As for the two amendments, or alterations, it’s just 17 words and can be found at http://regional.gov.au. Section 96’s heading is ‘Financial assistance to states’ and it is proposed to be changed to ‘Financial assistance to states and local government bodies.’ Additionally, section 96 itself would be altered to read, ‘During a period of ten years after the establishment of the Commonwealth and thereafter until the Parliament otherwise provides, the Parliament may grant financial assistance to any state, or to any local government body formed by a law of a state, on such terms and conditions as the Parliament thinks fit.’
Claims that the region’s abandoned Casino to Murwillumbah railway line is being maintained to a limited degree by a major building contractor have been questioned.
Byron Shire mayor Simon Richardson has requested details from the NSW transport department on what sort of maintenance the rail contractor is doing.
Cr Richardson’s mayoral minute from last Thursday’s council meeting follows claims to Echonetdaily by the transport department and the minister responsible that the abandoned line is being maintained.
The department, which granted the contract to rail construction giant John Holland, has refused to provide to The Echo any evidence, such as reports, in order to verify that limited maintenance has been undertaken on the railway line since it was last used in 2004. A spokesperson for the department was only prepared to say that John Holland Rail ‘undertakes safety inspections and limited maintenance work including minor vegetation work at selected sites’.
Similarly, the minister for transport, Gladys Berejiklian, played the issue down.
When asked to provide any evidence of what work has been completed in the region, Mrs Berejiklian instead repeated much the same line as her department.
‘I’m advised that maintenance work on the Casino to Murwillumbah line is limited to an inspection of the line each year and includes monitoring and treatment of noxious weeds and any other work required to ensure the safety of the public,’ she said.
And despite four days’ notice on the question, much correspondence and a promise that a response would come from John Holland, the company’s media representative said, at the last minute, that she could not reply in time, due to ‘being under contract with Transport for NSW which needs to approve our media statements’.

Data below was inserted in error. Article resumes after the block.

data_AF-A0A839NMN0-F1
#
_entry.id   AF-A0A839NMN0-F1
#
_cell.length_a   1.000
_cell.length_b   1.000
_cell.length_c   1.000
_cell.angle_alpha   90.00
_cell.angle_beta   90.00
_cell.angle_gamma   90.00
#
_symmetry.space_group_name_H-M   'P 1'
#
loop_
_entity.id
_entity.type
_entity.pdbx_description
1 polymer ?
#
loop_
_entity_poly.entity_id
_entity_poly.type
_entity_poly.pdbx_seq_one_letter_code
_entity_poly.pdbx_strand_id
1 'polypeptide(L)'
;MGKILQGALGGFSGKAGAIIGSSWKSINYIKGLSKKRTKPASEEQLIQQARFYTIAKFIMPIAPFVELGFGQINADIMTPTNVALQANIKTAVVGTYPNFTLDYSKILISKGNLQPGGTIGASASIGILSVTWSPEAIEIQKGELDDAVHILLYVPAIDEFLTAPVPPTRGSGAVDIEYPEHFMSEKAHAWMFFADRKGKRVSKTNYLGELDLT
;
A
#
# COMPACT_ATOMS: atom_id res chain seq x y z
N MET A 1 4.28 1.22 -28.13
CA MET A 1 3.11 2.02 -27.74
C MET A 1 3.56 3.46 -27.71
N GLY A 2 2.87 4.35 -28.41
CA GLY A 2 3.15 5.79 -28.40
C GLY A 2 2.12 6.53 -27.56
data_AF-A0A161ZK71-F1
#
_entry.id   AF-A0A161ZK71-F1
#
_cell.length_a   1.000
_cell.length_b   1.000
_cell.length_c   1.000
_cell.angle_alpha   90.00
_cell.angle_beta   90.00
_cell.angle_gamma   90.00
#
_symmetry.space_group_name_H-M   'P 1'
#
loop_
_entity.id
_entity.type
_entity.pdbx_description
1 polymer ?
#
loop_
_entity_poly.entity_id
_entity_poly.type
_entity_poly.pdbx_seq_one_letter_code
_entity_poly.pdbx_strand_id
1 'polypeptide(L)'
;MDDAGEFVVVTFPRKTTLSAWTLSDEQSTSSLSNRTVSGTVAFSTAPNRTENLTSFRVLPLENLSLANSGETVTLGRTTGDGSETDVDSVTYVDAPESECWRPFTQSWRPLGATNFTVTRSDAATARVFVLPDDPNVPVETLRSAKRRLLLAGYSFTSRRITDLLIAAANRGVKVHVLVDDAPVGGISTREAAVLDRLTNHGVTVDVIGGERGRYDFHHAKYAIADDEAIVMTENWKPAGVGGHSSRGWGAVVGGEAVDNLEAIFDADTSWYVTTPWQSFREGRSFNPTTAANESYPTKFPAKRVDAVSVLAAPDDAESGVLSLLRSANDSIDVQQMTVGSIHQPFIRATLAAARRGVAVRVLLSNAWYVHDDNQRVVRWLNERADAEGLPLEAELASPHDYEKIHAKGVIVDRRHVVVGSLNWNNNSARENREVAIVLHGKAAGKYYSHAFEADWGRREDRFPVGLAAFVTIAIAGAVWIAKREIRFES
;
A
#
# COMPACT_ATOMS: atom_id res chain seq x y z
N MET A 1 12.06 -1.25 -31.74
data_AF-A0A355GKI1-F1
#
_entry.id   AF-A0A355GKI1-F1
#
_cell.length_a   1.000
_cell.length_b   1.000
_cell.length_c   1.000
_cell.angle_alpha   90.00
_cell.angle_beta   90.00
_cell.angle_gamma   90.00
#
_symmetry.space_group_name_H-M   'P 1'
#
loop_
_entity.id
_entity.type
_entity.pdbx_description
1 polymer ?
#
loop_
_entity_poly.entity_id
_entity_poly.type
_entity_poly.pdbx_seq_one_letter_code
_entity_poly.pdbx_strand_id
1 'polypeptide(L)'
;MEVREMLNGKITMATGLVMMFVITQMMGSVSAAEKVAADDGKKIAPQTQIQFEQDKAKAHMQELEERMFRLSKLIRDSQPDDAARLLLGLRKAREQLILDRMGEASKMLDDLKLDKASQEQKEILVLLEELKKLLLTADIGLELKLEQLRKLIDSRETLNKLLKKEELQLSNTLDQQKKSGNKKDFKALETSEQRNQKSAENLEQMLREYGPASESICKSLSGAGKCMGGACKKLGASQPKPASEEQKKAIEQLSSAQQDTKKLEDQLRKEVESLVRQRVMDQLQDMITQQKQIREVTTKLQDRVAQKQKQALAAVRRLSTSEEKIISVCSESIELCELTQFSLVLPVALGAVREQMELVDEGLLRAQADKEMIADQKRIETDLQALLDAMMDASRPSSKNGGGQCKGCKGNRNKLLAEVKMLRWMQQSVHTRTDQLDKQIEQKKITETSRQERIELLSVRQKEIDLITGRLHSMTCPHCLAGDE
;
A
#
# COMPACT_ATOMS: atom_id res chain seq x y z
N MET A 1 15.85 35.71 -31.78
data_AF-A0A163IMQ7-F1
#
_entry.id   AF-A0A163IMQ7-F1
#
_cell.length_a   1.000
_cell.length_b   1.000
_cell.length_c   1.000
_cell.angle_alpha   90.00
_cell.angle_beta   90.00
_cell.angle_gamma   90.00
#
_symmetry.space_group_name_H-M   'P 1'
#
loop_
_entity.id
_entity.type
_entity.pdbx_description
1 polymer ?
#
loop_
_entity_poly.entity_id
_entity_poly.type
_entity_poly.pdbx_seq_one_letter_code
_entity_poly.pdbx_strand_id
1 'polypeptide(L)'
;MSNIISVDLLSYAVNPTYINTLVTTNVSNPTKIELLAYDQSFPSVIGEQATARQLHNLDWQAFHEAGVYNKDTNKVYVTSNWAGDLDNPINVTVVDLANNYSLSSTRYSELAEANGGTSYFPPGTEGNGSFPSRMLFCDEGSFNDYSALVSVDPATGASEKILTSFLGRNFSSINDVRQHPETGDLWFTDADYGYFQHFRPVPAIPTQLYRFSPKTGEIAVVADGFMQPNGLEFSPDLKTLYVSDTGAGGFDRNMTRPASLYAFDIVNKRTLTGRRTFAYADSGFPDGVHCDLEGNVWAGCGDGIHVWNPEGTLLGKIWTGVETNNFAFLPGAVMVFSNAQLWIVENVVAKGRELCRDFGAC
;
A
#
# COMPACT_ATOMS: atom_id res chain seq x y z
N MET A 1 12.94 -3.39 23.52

But what’s the cost to taxpayers? John Holland claims on its website it’s being paid $1.5 billion over ten years, or $150,000,000 a year to maintain NSW railways.
This includes ‘2,700 kilometres of operational freight and passenger lines and 3,100 kilometres of non-operational lines,’ plus 3,300km of disused line.
At a total of 9,100km, this represents $16,483 per km of track, per year, including ‘27,000 hectares of land, 600 rail under-bridges and 384 road over-bridges’.
As a rough comparison, rail infrastructure construction and maintenance company, the Downer Group, is being paid $10,625 per kilometre of track per annum over 12 years, for a track that is used for interstate freight.
Additionally, the recent $2 million rail study released by the coalition was slammed for its ‘lack of long-term vision’ in NSW Parliament last week by Greens MP and transport spokesperson Cate Faehrmann.
Ms Faehrmann also took aim at its restricted ‘terms of reference’, which were heavily weighted towards a result favouring abandoning rail services in the region.
‘Only 75 of 187 bridges were inspected,’ she said, ‘representing an incomplete picture of the line’s true state of repair, compared with PricewaterhouseCoopers inspecting every bridge in 2004’.
The MLC also said it was a ‘quite frankly unbelievable’ estimated repair bill of $900 million, as, ‘in 2004 PricewaterhouseCoopers estimated it would cost $30 million’.
She says her parliamentary inquiry into rail infrastructure project costing revealed rail projects ‘cost some 15 per cent more in NSW than in the rest of Australia’.
Byron’s ongoing traffic congestion and 1.5 million annual visitor numbers were also mentioned. ‘The growth in tourist visits from southeast Queensland to Byron Bay has meant that road traffic can reach gridlock on any summer’s day,’ Ms Faehrmann said.
‘A ten-minute car journey from the highway into Byron can easily extend to 45 minutes. Buses would be similarly afflicted.’
But oddly, Mrs Berejiklian told The Echo that in regard to the shire’s visitor numbers, ‘the needs and travel patterns of tourists were considered in detail in the development of the study, and it found tourists do not form a large proportion of public transport users’.
While the mayoral minute claims there are omissions in the report over light rail and other issues, Mrs Berejiklian talked light rail down saying it ‘was included in the long list of options considered in the study and it was found to deliver fewer benefits than other modes of transport’.
Cr Richardson also plans to ‘facilitate a meeting with potential user groups to consider Byron Shire options’.
Local Nationals MP Don Page has not commented on the report other than to tell The Echo at the time of its release that ‘the report speaks for itself’.
Along with all north coast Nationals MPs, he ran on a campaign in 2007 of returning rail, but then changed his campaign to a ‘rail study’ for the 2011 election.